How do you know when the price will move impulsively or correctively? And more importantly, when can traders know when they can aim for a larger win?
Most traders do not have an answer. They get scared by both impulsive and corrective price movements. They might close their winning setups too soon because an impulse just started… Or they might close their trade too late after the correction already has occurred.
The ecs.WIZZ indicator, which is based on Fibonacci sequence levels, solves this for us. Here are some of the advantages for traders (more in the next part):
The benefits of the Wizz concept and tool are of immense value to our trading because of these following reasons:
All of these Wizz benefits are key concepts in trading but very few explain how to implement this on real charts. Especially letting the winners run and cutting losses short is often cited as the main goal for traders but most educators fail to explain how this can be done from a practical point of view. They only loosely refer to the concept without going into specifics and practical examples how traders can actually follow the advice.
The ecs.WIZZ indicator is a powerful concept and tool for letting winners run but also knowing when to expect choppiness and corrective price action.
Pretty impressive right?
Before we dive into how Wizz manages to do all that, let me explain that the ecs.WIZZ concept and tool was created by me, Chris Svorcik, and developed and improved by both Mislav Nikolic and myself. Mislav has helped to substantially improve and automate the tool.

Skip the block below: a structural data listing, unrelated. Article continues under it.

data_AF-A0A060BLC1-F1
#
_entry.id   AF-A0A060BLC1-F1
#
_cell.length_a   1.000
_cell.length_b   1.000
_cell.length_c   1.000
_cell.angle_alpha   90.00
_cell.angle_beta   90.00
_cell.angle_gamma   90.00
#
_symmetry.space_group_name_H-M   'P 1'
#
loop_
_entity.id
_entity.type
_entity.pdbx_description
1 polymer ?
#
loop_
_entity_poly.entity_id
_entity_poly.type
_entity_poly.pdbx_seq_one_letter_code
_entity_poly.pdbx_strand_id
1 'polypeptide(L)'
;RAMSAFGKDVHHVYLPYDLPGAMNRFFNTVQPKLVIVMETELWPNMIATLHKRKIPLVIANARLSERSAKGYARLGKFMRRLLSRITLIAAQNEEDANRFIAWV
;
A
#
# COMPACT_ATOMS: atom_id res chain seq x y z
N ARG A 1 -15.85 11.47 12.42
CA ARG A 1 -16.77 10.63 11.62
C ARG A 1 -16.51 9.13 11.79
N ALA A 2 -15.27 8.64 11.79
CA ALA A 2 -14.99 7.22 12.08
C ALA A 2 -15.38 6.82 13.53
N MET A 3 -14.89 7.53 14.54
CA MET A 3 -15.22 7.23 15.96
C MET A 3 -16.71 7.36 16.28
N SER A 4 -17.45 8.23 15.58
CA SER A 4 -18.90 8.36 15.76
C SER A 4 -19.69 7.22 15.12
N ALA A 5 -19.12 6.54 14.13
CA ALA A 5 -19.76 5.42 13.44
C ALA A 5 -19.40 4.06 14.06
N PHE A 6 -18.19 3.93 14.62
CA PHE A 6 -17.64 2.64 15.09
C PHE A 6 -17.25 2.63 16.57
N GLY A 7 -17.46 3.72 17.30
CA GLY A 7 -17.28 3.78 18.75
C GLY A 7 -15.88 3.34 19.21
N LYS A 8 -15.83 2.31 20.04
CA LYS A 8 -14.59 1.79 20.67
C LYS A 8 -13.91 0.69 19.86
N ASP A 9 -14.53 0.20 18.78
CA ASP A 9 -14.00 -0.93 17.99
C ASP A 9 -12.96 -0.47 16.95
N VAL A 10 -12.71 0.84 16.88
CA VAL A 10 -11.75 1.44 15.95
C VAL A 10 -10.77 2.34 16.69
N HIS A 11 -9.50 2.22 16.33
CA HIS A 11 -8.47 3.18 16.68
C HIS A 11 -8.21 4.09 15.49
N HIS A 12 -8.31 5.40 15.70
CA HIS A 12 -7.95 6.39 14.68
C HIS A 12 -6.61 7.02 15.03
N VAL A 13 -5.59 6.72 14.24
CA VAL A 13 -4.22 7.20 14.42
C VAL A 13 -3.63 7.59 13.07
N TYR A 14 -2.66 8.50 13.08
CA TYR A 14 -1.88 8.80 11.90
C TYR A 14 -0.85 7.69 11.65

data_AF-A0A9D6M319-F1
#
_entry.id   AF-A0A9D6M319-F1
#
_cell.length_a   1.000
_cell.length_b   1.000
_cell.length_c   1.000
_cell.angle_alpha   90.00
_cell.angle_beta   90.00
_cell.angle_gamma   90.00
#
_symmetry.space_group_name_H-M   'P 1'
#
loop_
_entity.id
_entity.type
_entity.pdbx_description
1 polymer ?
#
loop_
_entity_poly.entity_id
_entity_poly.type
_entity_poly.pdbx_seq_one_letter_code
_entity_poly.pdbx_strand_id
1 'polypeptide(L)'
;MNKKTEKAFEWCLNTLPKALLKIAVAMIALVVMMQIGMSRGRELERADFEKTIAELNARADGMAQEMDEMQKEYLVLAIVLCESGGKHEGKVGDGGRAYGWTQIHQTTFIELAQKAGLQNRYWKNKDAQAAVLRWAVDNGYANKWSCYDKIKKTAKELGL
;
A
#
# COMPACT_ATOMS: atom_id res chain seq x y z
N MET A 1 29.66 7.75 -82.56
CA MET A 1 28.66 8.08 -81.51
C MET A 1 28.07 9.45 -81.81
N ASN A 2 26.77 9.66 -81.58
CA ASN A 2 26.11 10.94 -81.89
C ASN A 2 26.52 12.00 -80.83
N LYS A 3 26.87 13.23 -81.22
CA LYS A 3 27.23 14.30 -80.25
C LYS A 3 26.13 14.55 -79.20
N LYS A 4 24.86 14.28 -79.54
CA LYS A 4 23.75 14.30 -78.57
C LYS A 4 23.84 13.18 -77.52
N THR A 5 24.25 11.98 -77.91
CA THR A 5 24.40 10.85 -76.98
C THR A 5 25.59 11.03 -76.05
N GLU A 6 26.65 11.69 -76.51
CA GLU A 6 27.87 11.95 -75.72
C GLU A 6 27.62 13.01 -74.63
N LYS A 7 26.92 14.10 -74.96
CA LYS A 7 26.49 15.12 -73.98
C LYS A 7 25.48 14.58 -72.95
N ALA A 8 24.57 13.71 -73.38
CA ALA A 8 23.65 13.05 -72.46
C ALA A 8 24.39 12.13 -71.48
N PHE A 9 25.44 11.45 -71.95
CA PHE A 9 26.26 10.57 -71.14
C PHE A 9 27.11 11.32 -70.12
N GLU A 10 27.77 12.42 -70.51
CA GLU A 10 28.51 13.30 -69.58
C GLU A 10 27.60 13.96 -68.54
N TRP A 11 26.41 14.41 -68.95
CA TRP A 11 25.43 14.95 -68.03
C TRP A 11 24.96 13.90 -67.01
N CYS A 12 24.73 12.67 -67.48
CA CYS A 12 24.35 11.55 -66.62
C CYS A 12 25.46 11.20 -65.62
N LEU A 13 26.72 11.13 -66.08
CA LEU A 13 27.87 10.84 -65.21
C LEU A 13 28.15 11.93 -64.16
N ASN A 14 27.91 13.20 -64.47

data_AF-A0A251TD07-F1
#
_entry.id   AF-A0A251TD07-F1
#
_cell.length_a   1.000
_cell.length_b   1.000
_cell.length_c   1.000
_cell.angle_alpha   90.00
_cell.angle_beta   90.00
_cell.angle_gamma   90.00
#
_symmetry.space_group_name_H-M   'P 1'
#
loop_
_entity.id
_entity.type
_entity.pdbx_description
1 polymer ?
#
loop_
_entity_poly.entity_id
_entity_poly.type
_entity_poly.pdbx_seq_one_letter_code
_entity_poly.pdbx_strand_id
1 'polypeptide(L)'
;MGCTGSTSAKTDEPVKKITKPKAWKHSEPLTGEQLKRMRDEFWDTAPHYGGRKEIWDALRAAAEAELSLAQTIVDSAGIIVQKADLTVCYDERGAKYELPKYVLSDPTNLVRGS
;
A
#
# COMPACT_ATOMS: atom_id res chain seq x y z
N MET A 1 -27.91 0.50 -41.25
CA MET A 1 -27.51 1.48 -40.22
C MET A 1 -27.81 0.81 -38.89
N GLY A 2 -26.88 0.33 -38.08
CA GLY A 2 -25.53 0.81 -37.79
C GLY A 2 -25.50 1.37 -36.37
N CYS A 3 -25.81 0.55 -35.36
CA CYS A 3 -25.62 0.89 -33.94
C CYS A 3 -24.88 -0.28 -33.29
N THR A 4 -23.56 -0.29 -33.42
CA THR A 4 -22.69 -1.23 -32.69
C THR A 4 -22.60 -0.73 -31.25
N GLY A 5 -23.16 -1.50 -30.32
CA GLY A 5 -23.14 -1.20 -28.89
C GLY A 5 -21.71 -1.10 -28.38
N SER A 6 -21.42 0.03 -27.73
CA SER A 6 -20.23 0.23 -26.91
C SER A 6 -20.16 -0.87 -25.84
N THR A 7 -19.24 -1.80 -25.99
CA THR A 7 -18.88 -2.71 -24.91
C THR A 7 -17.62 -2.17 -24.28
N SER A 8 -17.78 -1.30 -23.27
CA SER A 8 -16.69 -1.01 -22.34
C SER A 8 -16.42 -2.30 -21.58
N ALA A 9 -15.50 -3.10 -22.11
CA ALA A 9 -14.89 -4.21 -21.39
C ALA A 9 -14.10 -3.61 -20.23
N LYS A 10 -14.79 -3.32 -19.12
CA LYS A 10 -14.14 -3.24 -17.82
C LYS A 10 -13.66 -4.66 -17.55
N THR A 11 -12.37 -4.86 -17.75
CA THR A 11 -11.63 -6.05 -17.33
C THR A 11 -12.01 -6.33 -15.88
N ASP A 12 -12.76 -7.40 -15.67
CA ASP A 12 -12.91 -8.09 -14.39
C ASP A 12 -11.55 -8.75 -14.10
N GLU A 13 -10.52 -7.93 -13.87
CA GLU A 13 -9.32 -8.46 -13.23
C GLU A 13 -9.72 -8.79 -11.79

The ecs.WIZZ concept is based on how far price can reach certain Fibonacci sequence levels without returning back to the 144 ema close.
So simply said, the ecs.WIZZ tool is based on the Fibonacci sequence levels plotted on the charts in pip value.
Most traders use Fibonacci levels, ratios, extensions, and targets to some degree. The Wizz tool, however, uses the sequence levels themselves for counting price movement, rather than the ratios.
The ecs.WIZZ indicator is focused on currency pairs and MT4 because the Fibonacci sequence levels are measured in pips – but the principle can be applied to any chart and time frame.
Here is a simplified version of how the idea works:
Whether price is considered to be close, some distance, or far from the 144 ema fully depends on the Fibonacci sequence levels.
It is a simple concept that all traders can do manually without any external help… BUT it takes time to calculate… And it is more vulnerable to errors.
Our ecs.WIZZ indicator does help automate the entire process because it automatically plots the levels from the valid and current 144 ema close.
Before we explain the exact details of the ecs.WIZZ idea and what the indicator does, we need to explain the logic of the idea.
The theory behind the concept itself is simple:
You can compare the price to a tennis ball for instance. The more speed the ball has, the further up it can go up before gravity eventually pulls the ball back down to earth. If the ball has a low speed, then gravity will kick in quicker.
Price is the same as a tennis ball. Speed is equal to momentum and gravity is the same as the 144 MA. But how do you measure whether price has enough momentum to pull away from gravity (the 144 ema close)?